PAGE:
Old theory: Mitt Romney really doesn’t want to have to face Perry or Palin in this race. New theory: Mitt Romney really needs Perry and/or Palin to run to divide tea partiers and halt Bachmann’s ascent.
Her net favorable rating is now +40, up 20 points in just two months. In New Hampshire.
When PPP polled New Hampshire in April Michele Bachmann was stuck at 4%. She’s gained 14 points over the last three months and now finds herself within single digits of Mitt Romney. Romney continues to lead the way in the state with 25% to 18% for Bachmann, 11% for Sarah Palin, 9% for Ron Paul, 7% for Rick Perry and Herman Cain, 6% for Jon Huntsman and Tim Pawlenty, and 4% for Newt Gingrich.
Bachmann’s surge in New Hampshire is being built on the back of the Tea Party. Among voters identifying themselves as members of that movement she’s leading the way at 25% with Palin and Romney tying for second at 16%, and Cain also placing in double digits at 11%. Only 33% of Republican primary voters in the state identify themselves as Tea Partiers though and with the remaining folks Romney’s way ahead with 33% to 13% for Bachmann, and 10% for Huntsman and Paul.
Romney’s starting to show some signs of weakness in New Hampshire. His support is down 12 points from 37% on the iteration of our April poll that didn’t include Mike Huckabee or Donald Trump. His favorability numbers are headed in the wrong direction as well. He’s dropped a net 18 points from +49 at 68/19 to +31 at 60/29. He’s certainly still the front runner in the state but he’s not looking as inevitable as he did a few months ago.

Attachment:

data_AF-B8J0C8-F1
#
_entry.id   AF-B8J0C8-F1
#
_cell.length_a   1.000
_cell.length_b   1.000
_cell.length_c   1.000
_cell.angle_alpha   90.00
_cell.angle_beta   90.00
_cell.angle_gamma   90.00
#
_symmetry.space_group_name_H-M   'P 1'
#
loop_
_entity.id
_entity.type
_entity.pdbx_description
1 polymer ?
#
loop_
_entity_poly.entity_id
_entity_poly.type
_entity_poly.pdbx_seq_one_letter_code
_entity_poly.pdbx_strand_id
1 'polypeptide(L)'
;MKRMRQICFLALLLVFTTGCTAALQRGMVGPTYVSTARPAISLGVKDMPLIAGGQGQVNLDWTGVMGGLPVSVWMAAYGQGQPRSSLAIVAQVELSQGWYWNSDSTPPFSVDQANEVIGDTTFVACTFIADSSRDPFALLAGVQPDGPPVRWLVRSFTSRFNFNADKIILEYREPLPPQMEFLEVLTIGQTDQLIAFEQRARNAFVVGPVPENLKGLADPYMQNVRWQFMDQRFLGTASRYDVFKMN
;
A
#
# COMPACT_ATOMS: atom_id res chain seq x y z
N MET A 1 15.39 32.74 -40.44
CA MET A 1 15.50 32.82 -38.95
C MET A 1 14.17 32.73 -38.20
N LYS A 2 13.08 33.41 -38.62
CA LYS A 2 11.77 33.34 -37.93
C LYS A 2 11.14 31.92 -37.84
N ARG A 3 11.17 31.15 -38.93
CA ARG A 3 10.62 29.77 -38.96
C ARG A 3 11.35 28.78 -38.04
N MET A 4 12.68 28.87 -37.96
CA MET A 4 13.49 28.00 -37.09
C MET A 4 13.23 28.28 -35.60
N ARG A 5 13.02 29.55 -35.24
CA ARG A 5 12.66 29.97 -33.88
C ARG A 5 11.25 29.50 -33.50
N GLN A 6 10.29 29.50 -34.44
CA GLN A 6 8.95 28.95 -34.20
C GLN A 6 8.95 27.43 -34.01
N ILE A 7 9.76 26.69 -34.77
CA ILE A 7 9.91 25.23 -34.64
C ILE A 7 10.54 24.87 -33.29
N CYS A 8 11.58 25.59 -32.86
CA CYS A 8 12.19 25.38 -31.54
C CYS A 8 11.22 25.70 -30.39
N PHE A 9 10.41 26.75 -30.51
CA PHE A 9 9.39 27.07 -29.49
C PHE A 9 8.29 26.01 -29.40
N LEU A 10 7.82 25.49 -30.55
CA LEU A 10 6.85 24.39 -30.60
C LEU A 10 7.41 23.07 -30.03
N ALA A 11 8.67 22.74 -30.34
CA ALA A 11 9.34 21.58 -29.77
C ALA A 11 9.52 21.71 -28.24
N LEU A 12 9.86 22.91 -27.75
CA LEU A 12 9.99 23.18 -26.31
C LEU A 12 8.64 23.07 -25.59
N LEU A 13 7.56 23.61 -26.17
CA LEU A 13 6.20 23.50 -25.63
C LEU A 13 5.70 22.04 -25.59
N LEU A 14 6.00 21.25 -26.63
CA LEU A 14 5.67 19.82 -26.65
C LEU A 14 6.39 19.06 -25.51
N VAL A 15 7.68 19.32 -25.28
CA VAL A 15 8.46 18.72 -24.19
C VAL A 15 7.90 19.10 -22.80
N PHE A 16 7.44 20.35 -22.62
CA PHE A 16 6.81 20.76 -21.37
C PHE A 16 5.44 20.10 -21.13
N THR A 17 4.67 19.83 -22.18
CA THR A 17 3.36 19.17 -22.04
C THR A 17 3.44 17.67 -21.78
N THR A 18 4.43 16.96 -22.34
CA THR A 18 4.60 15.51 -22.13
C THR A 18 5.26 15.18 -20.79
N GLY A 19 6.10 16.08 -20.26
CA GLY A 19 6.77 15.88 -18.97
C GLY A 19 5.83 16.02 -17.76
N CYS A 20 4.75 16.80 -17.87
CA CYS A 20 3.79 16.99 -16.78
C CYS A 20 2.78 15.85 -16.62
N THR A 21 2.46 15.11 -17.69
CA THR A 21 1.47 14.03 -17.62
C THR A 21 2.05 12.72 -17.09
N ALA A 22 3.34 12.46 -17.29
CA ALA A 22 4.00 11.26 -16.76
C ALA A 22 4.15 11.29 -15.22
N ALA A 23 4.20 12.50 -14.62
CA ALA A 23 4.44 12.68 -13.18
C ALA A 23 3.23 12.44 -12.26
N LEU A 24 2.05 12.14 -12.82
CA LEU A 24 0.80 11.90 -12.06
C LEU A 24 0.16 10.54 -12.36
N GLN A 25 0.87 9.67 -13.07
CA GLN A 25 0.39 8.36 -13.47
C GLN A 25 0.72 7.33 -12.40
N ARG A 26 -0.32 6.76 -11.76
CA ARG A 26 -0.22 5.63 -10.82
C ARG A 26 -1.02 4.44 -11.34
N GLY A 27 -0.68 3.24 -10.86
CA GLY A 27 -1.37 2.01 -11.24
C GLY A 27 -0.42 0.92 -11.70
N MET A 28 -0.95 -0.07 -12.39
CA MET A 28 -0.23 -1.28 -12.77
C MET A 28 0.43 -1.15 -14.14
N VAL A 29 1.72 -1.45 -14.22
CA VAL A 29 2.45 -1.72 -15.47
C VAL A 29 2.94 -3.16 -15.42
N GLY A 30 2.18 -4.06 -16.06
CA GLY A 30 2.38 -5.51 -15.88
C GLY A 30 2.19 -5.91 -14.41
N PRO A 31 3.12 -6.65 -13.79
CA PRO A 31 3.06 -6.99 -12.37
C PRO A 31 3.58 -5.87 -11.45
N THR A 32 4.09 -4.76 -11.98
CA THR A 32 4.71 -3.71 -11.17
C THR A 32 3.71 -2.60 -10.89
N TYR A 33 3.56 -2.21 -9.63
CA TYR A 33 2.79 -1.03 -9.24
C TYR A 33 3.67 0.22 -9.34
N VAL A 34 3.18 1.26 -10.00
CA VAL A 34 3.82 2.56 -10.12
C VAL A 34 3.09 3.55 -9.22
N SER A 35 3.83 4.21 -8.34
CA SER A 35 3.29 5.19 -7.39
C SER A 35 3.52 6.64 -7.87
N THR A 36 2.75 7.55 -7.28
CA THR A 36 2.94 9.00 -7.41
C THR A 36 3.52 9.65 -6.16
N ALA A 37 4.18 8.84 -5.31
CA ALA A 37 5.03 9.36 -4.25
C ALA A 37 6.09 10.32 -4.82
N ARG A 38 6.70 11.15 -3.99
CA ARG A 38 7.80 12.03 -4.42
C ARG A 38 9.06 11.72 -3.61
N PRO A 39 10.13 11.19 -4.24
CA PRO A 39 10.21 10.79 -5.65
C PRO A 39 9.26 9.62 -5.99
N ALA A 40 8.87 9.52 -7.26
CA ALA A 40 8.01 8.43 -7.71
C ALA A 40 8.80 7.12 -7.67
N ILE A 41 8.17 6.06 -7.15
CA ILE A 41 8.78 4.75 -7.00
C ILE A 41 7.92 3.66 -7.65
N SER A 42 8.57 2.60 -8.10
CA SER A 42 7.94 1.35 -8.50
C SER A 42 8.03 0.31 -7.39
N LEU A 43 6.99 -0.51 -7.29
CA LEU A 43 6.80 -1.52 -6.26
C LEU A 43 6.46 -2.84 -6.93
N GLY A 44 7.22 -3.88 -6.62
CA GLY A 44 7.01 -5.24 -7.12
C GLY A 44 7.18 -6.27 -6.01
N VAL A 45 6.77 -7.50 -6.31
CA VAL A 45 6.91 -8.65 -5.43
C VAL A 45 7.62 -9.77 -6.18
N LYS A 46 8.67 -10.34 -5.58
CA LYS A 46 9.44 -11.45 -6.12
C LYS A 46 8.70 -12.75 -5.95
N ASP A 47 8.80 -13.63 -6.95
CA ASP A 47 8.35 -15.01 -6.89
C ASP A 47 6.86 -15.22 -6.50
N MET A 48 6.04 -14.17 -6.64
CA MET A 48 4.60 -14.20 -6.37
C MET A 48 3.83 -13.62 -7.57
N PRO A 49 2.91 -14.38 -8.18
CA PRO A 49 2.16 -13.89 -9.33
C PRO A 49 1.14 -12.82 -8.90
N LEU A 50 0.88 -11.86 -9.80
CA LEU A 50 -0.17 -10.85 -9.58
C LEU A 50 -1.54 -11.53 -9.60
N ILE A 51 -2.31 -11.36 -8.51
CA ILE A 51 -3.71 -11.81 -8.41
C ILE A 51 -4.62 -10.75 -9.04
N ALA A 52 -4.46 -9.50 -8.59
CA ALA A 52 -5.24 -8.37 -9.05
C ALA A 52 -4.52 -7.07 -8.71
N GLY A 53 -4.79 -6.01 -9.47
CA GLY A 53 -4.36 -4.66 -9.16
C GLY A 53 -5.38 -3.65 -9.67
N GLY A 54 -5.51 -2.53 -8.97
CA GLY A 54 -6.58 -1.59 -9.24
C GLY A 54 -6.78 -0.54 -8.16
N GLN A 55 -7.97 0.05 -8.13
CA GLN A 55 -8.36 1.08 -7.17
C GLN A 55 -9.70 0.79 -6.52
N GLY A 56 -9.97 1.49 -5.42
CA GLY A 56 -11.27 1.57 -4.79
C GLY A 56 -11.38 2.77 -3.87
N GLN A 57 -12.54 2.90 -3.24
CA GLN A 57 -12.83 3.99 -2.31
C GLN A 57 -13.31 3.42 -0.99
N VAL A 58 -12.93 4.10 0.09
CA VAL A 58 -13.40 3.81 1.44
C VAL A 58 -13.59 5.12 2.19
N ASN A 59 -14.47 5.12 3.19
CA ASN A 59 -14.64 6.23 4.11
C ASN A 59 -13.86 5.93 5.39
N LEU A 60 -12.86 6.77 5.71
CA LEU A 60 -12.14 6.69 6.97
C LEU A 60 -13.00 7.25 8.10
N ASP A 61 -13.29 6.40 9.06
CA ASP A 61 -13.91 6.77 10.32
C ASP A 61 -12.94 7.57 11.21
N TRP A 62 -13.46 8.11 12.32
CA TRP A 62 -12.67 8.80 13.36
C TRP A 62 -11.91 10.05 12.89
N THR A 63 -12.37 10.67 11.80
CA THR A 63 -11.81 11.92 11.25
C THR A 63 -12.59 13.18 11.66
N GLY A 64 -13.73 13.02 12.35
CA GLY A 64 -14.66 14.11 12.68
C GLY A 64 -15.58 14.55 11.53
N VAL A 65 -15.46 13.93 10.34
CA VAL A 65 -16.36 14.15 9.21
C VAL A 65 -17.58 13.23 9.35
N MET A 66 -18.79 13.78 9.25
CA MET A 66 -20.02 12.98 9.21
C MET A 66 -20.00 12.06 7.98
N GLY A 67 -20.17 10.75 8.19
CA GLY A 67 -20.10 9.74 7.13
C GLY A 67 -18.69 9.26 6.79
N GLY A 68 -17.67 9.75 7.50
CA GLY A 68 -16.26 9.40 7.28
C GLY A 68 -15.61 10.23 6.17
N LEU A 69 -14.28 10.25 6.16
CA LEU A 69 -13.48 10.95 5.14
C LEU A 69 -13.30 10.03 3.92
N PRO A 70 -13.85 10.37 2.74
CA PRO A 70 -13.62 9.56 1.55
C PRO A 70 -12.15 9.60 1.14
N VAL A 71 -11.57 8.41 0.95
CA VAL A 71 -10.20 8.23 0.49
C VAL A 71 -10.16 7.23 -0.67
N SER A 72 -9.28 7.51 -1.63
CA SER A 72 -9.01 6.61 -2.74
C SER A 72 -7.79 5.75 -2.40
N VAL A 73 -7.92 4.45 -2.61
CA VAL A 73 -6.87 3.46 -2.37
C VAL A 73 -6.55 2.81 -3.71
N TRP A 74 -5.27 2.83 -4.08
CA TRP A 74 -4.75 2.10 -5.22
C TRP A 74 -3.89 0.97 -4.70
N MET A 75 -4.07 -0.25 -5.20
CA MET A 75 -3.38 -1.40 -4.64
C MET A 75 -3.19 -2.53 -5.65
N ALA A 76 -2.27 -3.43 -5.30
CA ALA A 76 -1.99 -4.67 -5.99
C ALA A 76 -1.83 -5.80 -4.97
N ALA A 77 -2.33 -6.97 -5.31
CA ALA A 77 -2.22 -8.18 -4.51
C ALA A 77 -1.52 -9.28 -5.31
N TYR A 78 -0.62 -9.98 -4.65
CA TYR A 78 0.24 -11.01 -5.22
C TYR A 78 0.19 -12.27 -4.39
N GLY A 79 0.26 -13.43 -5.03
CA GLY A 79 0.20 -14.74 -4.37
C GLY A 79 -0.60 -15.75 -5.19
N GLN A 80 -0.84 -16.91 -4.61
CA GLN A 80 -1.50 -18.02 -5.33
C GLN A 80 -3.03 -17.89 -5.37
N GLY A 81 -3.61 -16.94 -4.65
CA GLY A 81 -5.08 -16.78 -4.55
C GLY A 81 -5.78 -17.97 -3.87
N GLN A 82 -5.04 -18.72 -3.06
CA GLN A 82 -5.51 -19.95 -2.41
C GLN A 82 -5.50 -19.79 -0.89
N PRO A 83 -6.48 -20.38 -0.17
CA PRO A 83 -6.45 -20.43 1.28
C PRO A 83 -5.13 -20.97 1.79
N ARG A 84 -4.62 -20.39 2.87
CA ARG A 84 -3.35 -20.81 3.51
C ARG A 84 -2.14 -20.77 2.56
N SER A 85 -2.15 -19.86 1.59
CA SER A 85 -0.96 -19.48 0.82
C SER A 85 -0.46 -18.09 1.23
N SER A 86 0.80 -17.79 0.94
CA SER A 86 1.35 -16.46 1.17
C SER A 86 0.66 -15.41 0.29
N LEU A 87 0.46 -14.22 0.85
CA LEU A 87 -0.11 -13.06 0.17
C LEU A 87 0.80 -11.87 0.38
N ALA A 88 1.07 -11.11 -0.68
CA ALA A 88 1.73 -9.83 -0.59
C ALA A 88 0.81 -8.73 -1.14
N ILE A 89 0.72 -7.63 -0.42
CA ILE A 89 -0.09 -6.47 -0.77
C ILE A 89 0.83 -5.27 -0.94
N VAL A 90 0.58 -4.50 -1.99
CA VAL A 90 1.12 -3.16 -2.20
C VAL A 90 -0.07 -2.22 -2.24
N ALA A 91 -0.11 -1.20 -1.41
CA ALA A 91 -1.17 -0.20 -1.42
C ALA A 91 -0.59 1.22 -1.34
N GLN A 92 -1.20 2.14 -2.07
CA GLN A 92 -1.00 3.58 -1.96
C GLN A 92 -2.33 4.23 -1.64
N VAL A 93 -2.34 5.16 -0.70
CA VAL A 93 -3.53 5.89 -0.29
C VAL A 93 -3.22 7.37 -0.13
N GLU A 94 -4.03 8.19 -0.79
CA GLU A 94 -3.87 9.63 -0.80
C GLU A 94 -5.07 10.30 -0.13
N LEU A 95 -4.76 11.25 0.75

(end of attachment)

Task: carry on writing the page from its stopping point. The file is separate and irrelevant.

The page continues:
Another poll from the University of New Hampshire has Romney ahead by a comfortable, more realistic 23-point margin, but even in that case, Bachmann’s crept into second place with 12 percent. I’m dying to know what she raised for the quarter to see how her haul compares to his, but her team’s holding off on releasing the numbers until July 15. His own numbers are both better and worse than they look. Better, in the sense that if you include the money raised by his super PAC, his quarterly take is closer to $30 million than it is to $18.25 million. And worse, in the sense that not long ago Team Mitt was hoping to raise — wait for it — $50 million in the first six months of 2011.